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Vampire: The Masquerade is a tabletop role-playing game (tabletop RPG) created by Mark Rein-Hagen and released in 1991 by White Wolf Publishing as the first of several Storyteller System games for its World of Darkness setting line. It is set in a fictionalized "gothic-punk" version of the modern world, where players assume the roles of vampires, who are referred to as "Kindred", and deal with their night-to-night struggles against their own bestial natures, vampire hunters and each other.

↓ bloodlines 2 cinematic trailer ↓

I was first introduced to Vampire: The Masquerade when I played the PC game, Vampire: The Masquerade - Bloodlines. I was 15, and my girlfriend had convinced me to play it. I didn't need much persuasion, as I adore RPGs and things that go bump in the night.

It took a lot of getting used to. I am an early 2000s baby, so I hadn't exactly played many games that were released before I entered kindergarten. Bloodlines is a bit ugly, and quite janky. But it managed to loosen me up and make me more accepting of older PC games.

In addition to making me more open to other gaming experiences, it initiated me into the World of Darkness. Vampire: the Masquerade is, in my opinion, the perfect piece of modern vampire media.


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The overt reflections of our own political landscape are a big reason I love VtM. As a leftist soyboy, I love politics and allegory for social woes in the media I consume, especially horror. The V5 sourcebook says it best: "Part of the political horror of Vampire: The Masquerade is surviving in a culture that worships the Bad Old Ways. Large parts of Kindred society (especially the Camarilla and the Sabbat) adhere to cults of tradition, ascribes to the idea of humiliating their enemies with overwhelming wealth and force, and praises religious fundamentalism or even pre-modern ideals like feudal rule."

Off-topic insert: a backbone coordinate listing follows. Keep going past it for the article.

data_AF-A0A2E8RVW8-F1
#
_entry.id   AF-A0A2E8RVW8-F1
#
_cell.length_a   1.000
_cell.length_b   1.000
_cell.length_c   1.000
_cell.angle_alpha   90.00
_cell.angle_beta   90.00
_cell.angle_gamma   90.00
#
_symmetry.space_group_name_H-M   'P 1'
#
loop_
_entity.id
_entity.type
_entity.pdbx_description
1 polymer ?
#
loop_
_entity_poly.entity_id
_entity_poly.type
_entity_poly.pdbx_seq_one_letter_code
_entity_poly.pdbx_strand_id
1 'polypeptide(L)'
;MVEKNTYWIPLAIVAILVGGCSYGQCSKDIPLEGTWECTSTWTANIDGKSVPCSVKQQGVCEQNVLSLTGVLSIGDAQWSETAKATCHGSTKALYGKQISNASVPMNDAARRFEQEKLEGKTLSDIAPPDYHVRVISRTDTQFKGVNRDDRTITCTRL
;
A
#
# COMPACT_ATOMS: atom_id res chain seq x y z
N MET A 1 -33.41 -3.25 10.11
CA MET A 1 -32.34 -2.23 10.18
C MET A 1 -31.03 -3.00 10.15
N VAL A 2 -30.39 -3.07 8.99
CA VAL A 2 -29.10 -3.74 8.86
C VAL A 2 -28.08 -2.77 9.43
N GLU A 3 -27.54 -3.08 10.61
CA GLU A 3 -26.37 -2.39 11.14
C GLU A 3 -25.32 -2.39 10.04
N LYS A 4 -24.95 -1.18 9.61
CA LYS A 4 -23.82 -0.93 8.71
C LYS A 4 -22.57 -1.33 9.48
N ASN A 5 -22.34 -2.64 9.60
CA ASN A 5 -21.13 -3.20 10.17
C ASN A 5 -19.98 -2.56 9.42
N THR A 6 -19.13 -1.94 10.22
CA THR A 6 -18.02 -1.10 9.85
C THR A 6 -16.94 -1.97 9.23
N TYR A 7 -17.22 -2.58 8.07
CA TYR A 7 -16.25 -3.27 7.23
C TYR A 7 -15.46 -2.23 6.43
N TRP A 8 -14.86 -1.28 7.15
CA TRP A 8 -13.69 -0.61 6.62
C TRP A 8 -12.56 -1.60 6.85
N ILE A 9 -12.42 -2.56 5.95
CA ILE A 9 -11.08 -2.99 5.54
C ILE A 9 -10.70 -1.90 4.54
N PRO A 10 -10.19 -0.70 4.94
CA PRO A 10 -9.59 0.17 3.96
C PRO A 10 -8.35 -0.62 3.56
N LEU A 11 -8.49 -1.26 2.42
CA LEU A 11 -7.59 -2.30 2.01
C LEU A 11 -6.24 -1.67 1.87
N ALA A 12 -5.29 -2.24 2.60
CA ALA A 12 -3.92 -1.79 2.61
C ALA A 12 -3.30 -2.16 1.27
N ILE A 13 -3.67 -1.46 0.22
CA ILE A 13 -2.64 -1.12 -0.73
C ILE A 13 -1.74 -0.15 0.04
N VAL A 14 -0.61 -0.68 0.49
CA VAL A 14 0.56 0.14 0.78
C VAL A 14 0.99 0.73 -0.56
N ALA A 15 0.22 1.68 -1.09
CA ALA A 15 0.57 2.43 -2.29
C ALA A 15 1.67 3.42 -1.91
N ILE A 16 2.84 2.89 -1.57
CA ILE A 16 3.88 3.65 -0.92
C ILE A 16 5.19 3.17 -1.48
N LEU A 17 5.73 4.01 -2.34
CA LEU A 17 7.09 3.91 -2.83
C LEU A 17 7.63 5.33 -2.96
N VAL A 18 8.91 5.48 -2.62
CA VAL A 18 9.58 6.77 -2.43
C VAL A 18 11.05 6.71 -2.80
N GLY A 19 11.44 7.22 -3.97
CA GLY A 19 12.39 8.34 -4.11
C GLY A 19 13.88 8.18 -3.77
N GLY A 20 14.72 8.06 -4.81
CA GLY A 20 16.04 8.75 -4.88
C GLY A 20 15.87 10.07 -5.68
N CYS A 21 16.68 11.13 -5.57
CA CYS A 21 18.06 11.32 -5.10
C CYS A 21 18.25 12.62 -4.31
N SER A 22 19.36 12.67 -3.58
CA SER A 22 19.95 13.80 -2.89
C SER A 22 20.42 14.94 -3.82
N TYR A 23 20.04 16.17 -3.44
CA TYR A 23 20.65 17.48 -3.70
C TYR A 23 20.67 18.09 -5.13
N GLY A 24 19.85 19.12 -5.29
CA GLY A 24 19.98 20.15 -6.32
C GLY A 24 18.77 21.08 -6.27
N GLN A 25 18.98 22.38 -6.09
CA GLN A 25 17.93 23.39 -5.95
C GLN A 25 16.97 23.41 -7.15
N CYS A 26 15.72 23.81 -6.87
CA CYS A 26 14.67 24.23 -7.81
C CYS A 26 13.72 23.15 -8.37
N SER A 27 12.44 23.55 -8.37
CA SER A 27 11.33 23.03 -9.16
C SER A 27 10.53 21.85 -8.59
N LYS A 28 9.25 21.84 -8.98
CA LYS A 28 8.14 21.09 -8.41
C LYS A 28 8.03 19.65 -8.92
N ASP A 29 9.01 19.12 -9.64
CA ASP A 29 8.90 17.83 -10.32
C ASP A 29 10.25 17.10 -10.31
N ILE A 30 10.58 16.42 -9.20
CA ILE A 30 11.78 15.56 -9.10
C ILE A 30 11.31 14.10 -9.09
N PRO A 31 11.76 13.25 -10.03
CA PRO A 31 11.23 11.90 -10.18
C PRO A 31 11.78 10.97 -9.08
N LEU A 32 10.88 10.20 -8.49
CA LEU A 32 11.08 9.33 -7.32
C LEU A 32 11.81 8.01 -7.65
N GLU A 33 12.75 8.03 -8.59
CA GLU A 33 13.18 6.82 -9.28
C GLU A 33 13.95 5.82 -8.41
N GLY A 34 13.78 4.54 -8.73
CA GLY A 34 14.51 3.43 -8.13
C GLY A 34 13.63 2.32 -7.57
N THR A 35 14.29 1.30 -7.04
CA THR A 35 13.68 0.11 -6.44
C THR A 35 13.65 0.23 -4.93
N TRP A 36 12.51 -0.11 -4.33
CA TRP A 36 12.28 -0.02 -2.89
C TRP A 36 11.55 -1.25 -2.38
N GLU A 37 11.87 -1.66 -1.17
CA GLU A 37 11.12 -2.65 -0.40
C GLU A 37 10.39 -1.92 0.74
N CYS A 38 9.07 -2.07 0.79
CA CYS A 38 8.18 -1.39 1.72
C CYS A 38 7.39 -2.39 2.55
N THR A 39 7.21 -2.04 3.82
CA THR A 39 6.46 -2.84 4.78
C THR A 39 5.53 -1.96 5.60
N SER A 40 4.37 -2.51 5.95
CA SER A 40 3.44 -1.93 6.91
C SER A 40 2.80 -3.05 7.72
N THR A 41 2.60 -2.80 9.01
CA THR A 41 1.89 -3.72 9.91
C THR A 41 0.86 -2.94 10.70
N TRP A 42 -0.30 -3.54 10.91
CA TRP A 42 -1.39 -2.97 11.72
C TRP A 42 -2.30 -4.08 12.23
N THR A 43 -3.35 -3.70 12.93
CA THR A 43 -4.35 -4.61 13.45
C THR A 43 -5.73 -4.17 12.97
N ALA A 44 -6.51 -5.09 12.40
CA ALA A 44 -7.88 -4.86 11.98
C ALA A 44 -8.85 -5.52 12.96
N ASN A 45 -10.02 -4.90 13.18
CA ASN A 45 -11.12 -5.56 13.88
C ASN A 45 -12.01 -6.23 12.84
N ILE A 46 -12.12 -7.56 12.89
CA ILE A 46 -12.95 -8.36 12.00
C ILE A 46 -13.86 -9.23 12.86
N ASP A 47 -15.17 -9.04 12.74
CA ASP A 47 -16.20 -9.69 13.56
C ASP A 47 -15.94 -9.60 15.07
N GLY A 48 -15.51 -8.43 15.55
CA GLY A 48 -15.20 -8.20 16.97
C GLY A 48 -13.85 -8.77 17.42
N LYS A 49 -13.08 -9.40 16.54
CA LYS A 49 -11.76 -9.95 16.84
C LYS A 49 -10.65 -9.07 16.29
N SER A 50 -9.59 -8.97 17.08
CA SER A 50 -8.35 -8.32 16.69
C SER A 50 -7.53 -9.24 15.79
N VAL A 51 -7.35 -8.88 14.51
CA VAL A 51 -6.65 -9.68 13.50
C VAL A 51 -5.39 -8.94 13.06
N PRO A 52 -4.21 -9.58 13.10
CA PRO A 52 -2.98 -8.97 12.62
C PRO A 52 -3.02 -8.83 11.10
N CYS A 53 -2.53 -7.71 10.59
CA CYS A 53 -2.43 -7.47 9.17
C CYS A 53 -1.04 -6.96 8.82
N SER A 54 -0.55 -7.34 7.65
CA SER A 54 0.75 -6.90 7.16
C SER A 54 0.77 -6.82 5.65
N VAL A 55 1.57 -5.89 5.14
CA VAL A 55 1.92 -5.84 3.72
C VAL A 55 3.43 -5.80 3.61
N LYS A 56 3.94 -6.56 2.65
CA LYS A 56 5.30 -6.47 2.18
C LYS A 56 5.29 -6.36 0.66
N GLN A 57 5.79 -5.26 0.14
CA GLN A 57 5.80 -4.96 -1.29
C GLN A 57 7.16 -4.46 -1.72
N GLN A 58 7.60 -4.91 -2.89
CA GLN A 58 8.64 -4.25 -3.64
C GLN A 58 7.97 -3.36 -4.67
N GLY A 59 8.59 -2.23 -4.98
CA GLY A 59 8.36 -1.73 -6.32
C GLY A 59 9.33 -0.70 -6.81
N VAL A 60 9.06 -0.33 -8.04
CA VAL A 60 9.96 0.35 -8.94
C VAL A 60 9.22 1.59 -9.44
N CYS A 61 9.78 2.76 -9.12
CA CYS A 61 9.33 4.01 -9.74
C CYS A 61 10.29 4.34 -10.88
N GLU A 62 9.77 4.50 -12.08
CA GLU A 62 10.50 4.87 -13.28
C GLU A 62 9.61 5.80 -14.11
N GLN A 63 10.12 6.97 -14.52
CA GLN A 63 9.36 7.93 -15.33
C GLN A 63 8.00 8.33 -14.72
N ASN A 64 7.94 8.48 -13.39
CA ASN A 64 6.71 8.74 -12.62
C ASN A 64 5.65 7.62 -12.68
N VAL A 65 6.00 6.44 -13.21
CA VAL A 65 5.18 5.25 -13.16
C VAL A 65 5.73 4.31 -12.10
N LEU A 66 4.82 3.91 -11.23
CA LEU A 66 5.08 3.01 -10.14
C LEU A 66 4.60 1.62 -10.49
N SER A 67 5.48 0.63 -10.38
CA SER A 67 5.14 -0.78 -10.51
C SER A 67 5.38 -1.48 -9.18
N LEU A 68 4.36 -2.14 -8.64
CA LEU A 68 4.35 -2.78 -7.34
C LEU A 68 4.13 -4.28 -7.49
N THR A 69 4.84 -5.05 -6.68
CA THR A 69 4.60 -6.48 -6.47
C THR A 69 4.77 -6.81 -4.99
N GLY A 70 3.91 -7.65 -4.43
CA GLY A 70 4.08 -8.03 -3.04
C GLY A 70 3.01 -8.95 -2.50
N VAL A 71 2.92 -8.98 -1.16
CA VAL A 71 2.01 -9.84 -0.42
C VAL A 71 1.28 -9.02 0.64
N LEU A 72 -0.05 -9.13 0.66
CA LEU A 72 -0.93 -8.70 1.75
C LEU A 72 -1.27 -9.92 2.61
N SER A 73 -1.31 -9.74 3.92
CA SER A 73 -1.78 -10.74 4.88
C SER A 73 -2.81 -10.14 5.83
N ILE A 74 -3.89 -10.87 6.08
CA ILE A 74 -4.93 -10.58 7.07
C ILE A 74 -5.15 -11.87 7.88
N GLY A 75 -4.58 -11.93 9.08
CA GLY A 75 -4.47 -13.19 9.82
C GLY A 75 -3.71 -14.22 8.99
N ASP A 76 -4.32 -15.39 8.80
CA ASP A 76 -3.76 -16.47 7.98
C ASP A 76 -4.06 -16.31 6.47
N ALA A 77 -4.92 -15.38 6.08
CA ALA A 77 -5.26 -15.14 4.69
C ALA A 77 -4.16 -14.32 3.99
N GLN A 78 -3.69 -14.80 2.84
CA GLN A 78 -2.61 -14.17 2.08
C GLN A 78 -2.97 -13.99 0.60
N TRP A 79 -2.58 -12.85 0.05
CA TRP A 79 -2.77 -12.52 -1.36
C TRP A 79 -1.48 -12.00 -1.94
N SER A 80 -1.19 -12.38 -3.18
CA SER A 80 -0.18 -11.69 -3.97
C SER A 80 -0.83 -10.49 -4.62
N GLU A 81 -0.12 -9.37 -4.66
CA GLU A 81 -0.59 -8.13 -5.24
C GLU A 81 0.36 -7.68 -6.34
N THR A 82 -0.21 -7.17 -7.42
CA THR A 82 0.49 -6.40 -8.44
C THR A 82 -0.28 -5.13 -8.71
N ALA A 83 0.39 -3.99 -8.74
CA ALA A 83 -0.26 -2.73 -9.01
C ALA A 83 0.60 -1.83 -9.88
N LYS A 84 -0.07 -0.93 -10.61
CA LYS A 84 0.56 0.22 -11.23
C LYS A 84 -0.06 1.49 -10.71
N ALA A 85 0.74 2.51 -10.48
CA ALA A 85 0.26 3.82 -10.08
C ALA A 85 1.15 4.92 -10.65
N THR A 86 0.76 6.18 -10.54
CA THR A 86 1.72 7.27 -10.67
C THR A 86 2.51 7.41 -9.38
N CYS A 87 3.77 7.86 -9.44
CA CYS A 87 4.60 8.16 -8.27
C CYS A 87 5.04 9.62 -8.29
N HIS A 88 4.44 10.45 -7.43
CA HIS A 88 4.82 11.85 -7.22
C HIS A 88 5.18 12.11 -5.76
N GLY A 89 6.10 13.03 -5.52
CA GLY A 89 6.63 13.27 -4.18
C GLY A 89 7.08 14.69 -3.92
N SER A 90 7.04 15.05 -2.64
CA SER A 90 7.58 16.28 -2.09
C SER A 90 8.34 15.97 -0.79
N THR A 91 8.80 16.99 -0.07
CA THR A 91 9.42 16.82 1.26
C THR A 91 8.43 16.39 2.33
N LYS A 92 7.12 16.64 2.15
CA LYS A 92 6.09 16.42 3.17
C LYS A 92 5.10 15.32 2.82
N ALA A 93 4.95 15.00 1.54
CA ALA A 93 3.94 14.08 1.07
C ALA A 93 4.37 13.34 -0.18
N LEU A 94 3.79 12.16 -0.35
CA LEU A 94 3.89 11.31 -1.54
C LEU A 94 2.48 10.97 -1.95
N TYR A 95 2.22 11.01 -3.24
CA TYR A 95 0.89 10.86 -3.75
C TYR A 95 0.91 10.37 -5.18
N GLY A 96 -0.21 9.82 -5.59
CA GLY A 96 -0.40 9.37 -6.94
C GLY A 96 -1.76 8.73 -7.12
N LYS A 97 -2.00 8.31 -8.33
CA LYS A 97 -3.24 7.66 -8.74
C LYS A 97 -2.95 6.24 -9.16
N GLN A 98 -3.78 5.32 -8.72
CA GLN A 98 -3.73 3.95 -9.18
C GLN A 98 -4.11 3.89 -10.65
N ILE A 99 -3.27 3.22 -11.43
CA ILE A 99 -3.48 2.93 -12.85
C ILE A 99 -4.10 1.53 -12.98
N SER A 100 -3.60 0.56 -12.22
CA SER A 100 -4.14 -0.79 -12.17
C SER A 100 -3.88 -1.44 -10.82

Unfortunately, some dumbasses don't pick up on the fact that Vampire is a landscape to explore the horrors of our own world in a safe play session, and instead want to use that barrier of safety to act like complete monsters without consequence. V5 has this to say: "Vampire: The Masquerade is not a fascist-friendly game. If you are a neo-Nazi, "alt-righter", or whatever you’re calling yourself nowadays, we urge you to put this book down and call someone who you trust to talk about where you went so wrong in your life."

↓ toreador clan trailer ↓

As you can see, I adore vampires as allegory. The clans of Vampire allow characters to be a variety of archetypes, each tending to embody a certain vampire allegory. Vampirism as beauty, monstrosity, perversion, financial power, mental illness, physical prowess, and more. I am particularly invested in Clan Toreador, described in V5 with the following paragraphs.

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Cursed by their unbridled sensuality, the divas are obsessed by aesthetic perfection. A fashion model overdosing on a bad batch of heroin, a YouTube clip of a perfectly executed beheading, the dazed eyes of a child who has seen too much, or the reflection of the moon in a pool of blood - these are the kinds of things that make a Toreador lose themselves. They say the first diva finally died in front of their looking glass, unable to tear their gaze away from the image of their face touched by the reflected dawn.

But, to dismiss the Toreador as wanton perverts or shallow artists is the last mistake a Kindred will ever make. Beauty is power, and love can make anyone do just about anything. And that is the promise of the Toreador. They can make even the dead feel something raw, something real.

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